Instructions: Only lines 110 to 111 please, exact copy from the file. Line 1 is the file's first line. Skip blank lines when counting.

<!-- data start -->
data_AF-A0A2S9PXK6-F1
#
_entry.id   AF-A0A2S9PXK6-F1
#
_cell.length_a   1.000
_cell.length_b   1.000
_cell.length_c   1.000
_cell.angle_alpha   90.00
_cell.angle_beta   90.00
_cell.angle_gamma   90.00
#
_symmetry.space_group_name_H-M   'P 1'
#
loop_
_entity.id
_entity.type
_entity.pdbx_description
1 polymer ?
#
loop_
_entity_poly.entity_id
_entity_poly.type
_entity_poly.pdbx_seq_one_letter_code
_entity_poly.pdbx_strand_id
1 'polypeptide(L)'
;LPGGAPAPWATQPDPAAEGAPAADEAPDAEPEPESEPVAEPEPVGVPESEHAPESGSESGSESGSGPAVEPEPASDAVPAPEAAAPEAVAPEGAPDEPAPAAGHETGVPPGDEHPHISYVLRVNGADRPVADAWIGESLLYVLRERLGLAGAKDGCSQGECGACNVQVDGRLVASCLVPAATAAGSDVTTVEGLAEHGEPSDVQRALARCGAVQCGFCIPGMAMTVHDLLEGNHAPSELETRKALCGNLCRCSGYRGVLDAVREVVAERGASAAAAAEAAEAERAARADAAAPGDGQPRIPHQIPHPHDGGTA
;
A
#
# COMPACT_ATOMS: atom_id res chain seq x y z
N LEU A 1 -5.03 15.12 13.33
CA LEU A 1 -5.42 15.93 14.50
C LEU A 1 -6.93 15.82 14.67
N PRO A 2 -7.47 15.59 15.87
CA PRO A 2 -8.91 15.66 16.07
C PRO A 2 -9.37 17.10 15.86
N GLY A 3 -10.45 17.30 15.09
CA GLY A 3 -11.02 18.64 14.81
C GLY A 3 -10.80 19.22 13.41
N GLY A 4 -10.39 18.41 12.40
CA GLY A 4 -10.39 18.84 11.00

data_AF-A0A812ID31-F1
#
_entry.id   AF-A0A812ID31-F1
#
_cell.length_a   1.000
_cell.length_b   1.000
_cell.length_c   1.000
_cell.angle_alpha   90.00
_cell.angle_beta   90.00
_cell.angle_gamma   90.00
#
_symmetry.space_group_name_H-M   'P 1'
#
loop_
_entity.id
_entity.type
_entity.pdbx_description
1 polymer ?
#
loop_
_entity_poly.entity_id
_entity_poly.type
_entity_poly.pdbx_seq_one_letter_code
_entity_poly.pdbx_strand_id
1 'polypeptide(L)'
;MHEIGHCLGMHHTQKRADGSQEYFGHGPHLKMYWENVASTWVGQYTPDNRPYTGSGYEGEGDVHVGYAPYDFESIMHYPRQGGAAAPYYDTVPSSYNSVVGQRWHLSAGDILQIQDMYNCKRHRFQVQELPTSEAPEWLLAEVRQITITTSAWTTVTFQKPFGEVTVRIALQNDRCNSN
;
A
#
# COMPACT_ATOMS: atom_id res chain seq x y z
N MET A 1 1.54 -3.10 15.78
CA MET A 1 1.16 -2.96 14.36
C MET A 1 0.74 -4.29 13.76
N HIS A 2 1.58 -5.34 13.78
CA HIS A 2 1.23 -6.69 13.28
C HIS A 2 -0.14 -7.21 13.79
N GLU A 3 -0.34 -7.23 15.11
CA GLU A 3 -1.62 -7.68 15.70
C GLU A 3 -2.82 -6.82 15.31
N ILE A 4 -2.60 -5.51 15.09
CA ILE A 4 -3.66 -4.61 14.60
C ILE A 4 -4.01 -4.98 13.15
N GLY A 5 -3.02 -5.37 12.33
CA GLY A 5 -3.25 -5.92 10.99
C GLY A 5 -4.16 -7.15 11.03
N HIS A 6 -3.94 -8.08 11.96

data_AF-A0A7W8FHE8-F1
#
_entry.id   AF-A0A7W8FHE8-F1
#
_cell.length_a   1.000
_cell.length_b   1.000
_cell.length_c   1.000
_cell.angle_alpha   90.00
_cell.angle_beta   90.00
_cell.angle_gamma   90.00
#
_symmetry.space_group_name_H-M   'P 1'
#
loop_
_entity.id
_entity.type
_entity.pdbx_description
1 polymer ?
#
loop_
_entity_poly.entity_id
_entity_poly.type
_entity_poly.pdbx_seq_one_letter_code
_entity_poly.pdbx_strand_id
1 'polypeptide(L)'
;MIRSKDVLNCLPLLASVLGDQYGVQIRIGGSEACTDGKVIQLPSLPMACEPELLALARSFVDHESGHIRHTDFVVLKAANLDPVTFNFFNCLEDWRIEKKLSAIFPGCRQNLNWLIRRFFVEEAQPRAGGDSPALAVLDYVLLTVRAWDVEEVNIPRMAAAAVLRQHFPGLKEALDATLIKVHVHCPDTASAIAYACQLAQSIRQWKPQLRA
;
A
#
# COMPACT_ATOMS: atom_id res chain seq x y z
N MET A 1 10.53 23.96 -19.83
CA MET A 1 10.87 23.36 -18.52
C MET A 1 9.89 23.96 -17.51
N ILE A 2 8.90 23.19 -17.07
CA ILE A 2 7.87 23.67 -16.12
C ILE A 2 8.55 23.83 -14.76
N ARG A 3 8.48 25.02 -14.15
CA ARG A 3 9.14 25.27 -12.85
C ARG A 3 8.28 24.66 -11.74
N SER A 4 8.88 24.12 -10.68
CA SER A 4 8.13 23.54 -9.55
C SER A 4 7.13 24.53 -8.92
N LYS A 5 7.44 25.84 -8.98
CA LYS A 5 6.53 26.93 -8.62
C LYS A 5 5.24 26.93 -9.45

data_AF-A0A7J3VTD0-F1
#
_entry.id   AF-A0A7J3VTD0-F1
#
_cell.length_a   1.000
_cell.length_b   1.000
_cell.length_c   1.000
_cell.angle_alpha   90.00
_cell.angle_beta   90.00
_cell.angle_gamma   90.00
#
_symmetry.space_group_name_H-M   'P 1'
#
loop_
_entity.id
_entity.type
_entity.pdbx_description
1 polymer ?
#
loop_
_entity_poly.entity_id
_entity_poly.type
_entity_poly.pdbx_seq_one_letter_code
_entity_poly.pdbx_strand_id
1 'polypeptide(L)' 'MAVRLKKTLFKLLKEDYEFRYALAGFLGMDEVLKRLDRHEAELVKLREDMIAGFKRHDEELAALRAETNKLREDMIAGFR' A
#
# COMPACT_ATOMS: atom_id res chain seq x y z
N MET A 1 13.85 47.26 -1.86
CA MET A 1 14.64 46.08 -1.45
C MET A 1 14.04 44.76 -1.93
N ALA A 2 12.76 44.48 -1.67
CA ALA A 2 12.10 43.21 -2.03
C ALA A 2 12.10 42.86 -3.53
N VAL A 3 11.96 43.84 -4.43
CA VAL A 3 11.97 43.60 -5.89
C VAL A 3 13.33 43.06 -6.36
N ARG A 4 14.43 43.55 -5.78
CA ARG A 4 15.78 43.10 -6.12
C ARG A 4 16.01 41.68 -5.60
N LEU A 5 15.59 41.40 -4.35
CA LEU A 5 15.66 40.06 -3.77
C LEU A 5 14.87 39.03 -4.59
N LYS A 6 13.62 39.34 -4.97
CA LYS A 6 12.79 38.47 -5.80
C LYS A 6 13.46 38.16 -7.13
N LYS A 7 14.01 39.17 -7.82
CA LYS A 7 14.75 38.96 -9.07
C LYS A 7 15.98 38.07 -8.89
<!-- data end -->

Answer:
_entity_poly.pdbx_seq_one_letter_code
_entity_poly.pdbx_strand_id